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Job skills bloom as students learn to run flower shop

Spring Hill High School's Stallion Transition Academy has been working on floral arrangements this semester.

CHAPIN, S.C. — Students at Spring Hill High School are learning job skills by working in their own student-run floral shop, the 'Sweet Stallion Stem Floral Shop.' 

Stallion Transition Academy has a special education class focused on transitioning from school to the working world. This year, they created a floral shop that is meant to teach students everything from customer service to plant care. 

Caroline, one of the students who is helping with the shop, is partial to hydrangeas. 

“I like this one!" she said, pointing to a blue one. 

Yates, another student, explained what they do as students for the shop. 

“Well, we sort them out and give them lots of water," Yates said, "and not only that, but we also put the correct amount of water. And luckily I do the very best I can.”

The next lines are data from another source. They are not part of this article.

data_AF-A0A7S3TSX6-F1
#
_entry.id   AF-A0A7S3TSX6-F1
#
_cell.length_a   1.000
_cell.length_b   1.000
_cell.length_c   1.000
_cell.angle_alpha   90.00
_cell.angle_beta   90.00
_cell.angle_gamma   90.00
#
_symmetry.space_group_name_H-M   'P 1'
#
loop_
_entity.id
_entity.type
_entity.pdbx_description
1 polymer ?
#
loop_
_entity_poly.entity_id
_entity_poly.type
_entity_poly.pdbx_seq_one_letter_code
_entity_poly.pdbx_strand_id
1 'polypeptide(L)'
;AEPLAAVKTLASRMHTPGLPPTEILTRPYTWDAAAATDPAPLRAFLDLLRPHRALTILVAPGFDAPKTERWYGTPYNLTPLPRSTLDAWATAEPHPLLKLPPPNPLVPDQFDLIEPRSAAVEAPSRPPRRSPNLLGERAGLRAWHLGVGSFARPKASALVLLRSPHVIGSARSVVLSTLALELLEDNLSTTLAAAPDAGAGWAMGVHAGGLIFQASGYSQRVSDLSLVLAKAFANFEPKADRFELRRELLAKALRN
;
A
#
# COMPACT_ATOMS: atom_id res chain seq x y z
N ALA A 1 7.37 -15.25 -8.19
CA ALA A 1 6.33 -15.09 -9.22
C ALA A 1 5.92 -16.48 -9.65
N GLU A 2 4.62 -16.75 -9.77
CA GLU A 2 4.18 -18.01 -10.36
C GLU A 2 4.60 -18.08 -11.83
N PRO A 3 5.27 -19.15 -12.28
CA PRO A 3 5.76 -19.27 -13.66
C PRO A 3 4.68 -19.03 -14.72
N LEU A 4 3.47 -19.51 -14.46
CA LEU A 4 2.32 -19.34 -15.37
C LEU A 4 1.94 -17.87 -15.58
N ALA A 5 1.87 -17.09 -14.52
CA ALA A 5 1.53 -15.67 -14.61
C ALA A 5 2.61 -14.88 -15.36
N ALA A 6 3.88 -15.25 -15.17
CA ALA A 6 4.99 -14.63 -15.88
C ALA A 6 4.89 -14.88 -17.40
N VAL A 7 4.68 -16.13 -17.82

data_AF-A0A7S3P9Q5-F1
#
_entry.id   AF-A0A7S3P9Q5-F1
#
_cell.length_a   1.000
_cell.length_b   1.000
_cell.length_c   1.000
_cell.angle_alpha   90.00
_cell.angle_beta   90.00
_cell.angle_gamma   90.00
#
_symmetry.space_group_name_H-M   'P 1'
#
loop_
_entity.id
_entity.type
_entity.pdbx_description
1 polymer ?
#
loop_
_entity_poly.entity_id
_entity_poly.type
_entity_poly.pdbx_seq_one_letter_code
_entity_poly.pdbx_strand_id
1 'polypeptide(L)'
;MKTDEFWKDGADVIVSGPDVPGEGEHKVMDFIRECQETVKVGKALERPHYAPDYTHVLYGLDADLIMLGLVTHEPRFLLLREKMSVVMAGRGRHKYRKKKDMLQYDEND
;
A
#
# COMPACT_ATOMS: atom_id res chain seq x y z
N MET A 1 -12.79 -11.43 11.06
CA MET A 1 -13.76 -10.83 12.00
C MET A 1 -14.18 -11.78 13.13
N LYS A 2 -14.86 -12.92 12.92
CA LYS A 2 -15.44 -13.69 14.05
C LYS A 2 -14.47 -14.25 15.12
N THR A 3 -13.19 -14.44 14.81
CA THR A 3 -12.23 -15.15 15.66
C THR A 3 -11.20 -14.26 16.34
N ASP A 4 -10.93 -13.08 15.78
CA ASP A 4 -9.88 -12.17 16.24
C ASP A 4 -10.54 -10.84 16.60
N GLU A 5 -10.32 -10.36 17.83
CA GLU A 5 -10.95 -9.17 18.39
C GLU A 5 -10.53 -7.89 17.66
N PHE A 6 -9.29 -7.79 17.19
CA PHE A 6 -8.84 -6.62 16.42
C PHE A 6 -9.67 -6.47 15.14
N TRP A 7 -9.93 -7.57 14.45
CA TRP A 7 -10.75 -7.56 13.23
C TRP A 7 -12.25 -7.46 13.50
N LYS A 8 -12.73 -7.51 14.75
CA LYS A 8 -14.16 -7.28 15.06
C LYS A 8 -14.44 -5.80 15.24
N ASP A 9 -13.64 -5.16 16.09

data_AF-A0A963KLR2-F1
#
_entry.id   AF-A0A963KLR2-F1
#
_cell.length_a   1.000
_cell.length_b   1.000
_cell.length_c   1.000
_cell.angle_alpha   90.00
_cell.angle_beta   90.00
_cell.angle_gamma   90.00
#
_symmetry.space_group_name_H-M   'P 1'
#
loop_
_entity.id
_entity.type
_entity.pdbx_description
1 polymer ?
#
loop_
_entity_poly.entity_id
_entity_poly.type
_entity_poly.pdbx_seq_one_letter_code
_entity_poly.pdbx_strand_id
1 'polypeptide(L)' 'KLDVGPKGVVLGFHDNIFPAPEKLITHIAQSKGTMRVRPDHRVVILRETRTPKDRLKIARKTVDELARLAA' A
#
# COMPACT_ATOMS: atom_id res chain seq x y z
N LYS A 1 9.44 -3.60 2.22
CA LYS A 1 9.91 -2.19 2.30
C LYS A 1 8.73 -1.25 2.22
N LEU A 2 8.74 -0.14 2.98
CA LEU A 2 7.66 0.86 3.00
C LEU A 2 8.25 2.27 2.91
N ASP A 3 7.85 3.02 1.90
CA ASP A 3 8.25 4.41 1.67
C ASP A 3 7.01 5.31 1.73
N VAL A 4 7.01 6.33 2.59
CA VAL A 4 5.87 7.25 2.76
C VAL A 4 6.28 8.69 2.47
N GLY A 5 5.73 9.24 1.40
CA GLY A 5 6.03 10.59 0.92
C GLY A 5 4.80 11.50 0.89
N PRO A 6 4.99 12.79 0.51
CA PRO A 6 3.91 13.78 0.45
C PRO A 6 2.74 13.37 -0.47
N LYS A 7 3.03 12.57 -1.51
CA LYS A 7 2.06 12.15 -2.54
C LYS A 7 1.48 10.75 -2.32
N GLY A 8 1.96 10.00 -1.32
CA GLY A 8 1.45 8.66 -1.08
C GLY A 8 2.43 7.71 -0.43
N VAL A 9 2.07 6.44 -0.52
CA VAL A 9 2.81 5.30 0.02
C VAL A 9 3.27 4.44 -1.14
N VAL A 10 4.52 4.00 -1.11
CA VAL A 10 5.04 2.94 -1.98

Christen Miller, one of the teachers, explains how the skills learned translate to the real world.

“Social skills, transition skills, this opened their eyes to other opportunities and showcased their skills in terms of being able to maybe work in different parts of a flower shop," Miller said. 

Olivia McCartney, another one of the teachers said that students arrange the flowers and deliver them. 

“The students arrange the flowers from the little ones all the way to the big ones and the filler flowers, they put them together in arrangements and then they deliver them to the teachers within the building and then also at the district office,” McCartney said. 

Mason said his favorite flowers are the sunflowers. His sister taught him how to plant them after he talked about the class. 

“These flowers are different colors. Some are red- they’re roses- pink, yellow, purple, white," Mason said. 

“We deliver them by cart or by walking," Yates explains. 

Teachers in the school or district office place orders and the students work on customer service and social skills when delivering them. 

Abby tells us when they drop off deliveries, “they say thank you." 

“When they leave, they’re going to have quite the plate of ideas of what to do and how to fill their resumes," Miller says. 

This is the first year of the floral shop and Miller and McCartney tell us that many schools and school districts have called to see how they can do something similar in their classrooms. 

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